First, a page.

How to Uproot the Stress

Stress is a big factor in everyone’s life – no matter how the coronavirus has affected you. Over 22 million Americans are out of work and as of Sunday, April 19, over 165,000 have died because of the coronavirus. As this all unfolds, everyone is not only looking to find ways to relieve stress. But we are also looking to find the root of our stress to better combat it.

Green Girl Leah has a great quote worth mentioning in her post about stress. She writes “All stress comes from wanting something that’s not meant to be yours in that moment. Worry doesn’t make anything come faster, it just speeds up your heartbeat and wears you out. Just breathe, what’s for you will be for you regardless.” 

Leah gives the advice to manage stress by “acknowledging your feelings, processing why you’re feeling them, and taking action or accepting what you can’t control.”

There are different ways that stress manifests and different ways of managing it. She goes on to give different scenarios and ways to manage them.

1. Driving in Traffic

She describes driving on a highway with slow traffic and it makes you late for work. For this she recommends “Take control of your stress and frustration by realizing that you’ll be okay, the slow-down could be protecting you from an accident up ahead. Look at the bigger picture and don’t let that determine the quality of your day.”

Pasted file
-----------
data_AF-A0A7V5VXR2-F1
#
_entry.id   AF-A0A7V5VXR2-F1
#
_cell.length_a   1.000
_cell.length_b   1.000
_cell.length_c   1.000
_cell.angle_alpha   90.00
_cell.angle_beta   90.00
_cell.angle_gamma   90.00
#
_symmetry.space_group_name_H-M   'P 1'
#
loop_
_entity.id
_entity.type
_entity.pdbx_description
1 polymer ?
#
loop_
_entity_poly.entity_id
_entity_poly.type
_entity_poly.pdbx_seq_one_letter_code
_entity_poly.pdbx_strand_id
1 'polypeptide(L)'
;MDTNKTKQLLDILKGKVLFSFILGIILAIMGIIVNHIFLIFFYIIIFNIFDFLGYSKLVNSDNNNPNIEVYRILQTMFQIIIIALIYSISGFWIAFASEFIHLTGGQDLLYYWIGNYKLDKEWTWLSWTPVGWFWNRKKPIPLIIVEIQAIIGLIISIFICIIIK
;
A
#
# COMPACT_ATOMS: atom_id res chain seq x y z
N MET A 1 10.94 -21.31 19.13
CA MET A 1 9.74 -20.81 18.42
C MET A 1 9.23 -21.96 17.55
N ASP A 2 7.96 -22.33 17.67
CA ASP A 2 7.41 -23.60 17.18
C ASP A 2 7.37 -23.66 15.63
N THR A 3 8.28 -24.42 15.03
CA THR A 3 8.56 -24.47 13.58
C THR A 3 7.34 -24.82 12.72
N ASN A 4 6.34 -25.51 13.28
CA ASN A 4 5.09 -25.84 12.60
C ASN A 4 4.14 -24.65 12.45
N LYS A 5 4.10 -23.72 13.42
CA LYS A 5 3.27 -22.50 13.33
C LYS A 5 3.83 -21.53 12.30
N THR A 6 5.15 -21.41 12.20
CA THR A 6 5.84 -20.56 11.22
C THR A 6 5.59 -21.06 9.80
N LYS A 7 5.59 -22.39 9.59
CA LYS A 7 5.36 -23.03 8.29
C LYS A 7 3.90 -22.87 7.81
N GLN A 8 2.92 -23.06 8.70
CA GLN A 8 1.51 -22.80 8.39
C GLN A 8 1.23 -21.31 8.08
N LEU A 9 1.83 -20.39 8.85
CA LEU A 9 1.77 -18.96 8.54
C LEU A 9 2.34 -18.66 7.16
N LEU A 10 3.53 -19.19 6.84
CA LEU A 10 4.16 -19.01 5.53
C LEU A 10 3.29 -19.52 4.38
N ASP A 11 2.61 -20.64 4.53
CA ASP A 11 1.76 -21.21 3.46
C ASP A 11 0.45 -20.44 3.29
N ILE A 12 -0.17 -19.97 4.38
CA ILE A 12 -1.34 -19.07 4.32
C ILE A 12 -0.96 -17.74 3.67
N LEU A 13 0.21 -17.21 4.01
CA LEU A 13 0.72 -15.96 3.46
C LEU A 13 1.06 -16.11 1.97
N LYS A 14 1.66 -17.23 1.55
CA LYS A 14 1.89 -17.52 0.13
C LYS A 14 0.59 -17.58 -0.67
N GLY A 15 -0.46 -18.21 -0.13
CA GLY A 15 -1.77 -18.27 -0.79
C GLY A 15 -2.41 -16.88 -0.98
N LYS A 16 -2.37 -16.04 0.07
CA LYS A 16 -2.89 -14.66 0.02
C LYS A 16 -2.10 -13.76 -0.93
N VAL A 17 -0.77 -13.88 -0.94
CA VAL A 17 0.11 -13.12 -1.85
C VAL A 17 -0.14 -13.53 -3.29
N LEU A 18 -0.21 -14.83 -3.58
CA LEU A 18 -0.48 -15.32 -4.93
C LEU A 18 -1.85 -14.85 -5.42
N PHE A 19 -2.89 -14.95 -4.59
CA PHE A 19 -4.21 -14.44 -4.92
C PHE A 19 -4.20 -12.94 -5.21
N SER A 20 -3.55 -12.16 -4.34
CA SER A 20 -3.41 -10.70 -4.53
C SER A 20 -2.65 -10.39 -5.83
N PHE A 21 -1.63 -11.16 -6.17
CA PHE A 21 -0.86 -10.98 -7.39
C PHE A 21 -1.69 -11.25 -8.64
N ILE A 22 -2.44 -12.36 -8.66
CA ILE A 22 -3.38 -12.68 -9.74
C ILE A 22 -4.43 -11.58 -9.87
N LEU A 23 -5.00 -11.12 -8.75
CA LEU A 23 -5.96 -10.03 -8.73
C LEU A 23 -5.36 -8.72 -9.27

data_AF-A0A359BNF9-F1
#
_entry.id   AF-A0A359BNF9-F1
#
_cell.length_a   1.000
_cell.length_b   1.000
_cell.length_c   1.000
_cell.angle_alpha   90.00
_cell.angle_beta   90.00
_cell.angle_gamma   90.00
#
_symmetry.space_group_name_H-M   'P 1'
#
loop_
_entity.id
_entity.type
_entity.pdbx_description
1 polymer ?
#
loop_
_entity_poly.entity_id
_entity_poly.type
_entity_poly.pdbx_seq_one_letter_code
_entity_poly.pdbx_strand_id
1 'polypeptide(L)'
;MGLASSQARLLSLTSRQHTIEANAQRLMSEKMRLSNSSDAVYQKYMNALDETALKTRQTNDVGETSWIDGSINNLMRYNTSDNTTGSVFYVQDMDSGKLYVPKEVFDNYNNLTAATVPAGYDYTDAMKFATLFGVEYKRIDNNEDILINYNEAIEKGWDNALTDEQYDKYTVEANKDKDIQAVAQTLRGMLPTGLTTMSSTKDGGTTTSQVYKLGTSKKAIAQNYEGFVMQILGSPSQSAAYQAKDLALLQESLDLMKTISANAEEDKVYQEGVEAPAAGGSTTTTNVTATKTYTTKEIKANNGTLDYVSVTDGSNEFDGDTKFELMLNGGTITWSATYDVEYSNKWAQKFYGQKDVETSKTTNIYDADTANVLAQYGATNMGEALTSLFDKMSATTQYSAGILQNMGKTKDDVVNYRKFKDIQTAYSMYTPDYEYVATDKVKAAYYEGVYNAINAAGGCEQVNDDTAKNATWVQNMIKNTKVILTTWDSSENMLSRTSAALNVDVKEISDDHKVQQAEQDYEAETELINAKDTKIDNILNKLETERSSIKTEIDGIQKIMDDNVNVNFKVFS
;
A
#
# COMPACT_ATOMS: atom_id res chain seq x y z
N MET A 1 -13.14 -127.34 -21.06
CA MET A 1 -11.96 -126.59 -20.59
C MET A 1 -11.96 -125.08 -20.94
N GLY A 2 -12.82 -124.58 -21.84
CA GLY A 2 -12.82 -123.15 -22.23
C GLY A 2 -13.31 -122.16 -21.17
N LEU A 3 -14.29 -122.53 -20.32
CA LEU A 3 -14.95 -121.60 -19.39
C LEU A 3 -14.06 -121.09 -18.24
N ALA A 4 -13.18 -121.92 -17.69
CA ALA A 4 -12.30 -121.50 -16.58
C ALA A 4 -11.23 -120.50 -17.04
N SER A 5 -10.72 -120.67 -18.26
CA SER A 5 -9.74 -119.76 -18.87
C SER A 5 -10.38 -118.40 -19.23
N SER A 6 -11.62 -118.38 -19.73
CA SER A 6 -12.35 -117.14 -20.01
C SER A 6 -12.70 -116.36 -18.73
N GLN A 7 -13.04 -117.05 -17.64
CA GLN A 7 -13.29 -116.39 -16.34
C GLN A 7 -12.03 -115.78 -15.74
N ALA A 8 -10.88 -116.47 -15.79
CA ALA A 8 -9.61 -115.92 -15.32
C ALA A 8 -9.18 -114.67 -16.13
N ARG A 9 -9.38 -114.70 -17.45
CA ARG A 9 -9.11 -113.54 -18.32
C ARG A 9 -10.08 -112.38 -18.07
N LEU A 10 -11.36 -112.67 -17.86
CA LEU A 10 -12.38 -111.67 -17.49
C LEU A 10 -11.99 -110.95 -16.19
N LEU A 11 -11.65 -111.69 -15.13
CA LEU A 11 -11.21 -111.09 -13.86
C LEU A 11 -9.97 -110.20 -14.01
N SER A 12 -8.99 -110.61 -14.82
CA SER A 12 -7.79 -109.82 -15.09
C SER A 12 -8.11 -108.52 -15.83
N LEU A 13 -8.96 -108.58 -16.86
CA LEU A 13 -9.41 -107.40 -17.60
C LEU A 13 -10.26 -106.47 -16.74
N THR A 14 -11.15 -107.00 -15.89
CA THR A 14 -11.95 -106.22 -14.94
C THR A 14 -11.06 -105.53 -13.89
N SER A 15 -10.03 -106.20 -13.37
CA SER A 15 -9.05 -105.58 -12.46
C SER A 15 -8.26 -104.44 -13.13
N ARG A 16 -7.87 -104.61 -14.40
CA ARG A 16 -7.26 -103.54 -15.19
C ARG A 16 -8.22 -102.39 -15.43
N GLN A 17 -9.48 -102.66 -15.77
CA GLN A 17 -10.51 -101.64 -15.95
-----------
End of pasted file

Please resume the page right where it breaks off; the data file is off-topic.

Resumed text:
2. An Unmotivated Partner

Being with someone who has different goals than you is okay. But someone with no goals at all is a different story. This can leave you feeling frustrated and resentful towards this person. When working with them and trying to help them to be motivated doesn’t work, she offers advice. “you have wants and needs that aren’t being met and you’re stressed because you’ve exhausted a lot of options except realizing your worth.”

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3. Waiting – just in general

This is the most stress-inducing part of life. When you’re waiting to hear about a decision being made, your mind can wander to unimaginable places. It could be about anything – a test, an application to school or job, etc. To help keep those demons at bay, Leah suggests finding “peace in knowing it’ll come soon enough and knowing your worth isn’t tied to the outcome.

4. Long term stress – trauma, grief, and loss

As we mentioned, everyone handles stress differently. The same goes for processing grief, loss, and trauma. For this Leah’s advice is “stress is caused by not fully accepting the present which is very normal during bad times. It takes time to mourn and create a new normal.”

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